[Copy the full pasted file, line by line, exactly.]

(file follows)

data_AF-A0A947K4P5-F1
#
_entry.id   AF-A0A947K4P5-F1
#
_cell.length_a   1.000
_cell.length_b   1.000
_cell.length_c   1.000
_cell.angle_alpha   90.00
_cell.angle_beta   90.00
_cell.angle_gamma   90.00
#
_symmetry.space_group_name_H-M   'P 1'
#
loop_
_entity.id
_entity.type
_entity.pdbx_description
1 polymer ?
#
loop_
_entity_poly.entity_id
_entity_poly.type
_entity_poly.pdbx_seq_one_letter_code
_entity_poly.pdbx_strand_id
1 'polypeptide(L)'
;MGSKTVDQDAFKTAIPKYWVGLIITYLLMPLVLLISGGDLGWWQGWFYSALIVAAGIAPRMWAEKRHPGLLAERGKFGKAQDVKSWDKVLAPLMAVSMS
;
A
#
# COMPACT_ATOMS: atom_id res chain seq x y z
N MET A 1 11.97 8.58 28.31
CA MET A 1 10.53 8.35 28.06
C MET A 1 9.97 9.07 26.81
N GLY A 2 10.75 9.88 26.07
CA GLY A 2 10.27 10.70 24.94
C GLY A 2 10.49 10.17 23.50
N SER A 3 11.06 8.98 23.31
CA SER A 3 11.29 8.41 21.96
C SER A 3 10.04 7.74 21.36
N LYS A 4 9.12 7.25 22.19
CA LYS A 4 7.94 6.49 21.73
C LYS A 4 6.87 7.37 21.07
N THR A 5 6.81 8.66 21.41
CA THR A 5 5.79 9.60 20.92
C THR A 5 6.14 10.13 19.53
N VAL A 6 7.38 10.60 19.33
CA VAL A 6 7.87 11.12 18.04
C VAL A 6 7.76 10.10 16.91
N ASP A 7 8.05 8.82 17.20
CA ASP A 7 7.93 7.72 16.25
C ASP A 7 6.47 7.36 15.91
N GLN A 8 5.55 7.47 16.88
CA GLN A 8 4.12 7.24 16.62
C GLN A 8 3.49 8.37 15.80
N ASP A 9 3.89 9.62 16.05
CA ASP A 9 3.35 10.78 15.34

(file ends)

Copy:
data_AF-A0A947K4P5-F1
#
_entry.id   AF-A0A947K4P5-F1
#
_cell.length_a   1.000
_cell.length_b   1.000
_cell.length_c   1.000
_cell.angle_alpha   90.00
_cell.angle_beta   90.00
_cell.angle_gamma   90.00
#
_symmetry.space_group_name_H-M   'P 1'
#
loop_
_entity.id
_entity.type
_entity.pdbx_description
1 polymer ?
#
loop_
_entity_poly.entity_id
_entity_poly.type
_entity_poly.pdbx_seq_one_letter_code
_entity_poly.pdbx_strand_id
1 'polypeptide(L)'
;MGSKTVDQDAFKTAIPKYWVGLIITYLLMPLVLLISGGDLGWWQGWFYSALIVAAGIAPRMWAEKRHPGLLAERGKFGKAQDVKSWDKVLAPLMAVSMS
;
A
#
# COMPACT_ATOMS: atom_id res chain seq x y z
N MET A 1 11.97 8.58 28.31
CA MET A 1 10.53 8.35 28.06
C MET A 1 9.97 9.07 26.81
N GLY A 2 10.75 9.88 26.07
CA GLY A 2 10.27 10.70 24.94
C GLY A 2 10.49 10.17 23.50
N SER A 3 11.06 8.98 23.31
CA SER A 3 11.29 8.41 21.96
C SER A 3 10.04 7.74 21.36
N LYS A 4 9.12 7.25 22.19
CA LYS A 4 7.94 6.49 21.73
C LYS A 4 6.87 7.37 21.07
N THR A 5 6.81 8.66 21.41
CA THR A 5 5.79 9.60 20.92
C THR A 5 6.14 10.13 19.53
N VAL A 6 7.38 10.60 19.33
CA VAL A 6 7.87 11.12 18.04
C VAL A 6 7.76 10.10 16.91
N ASP A 7 8.05 8.82 17.20
CA ASP A 7 7.93 7.72 16.25
C ASP A 7 6.47 7.36 15.91
N GLN A 8 5.55 7.47 16.88
CA GLN A 8 4.12 7.24 16.62
C GLN A 8 3.49 8.37 15.80
N ASP A 9 3.89 9.62 16.05
CA ASP A 9 3.35 10.78 15.34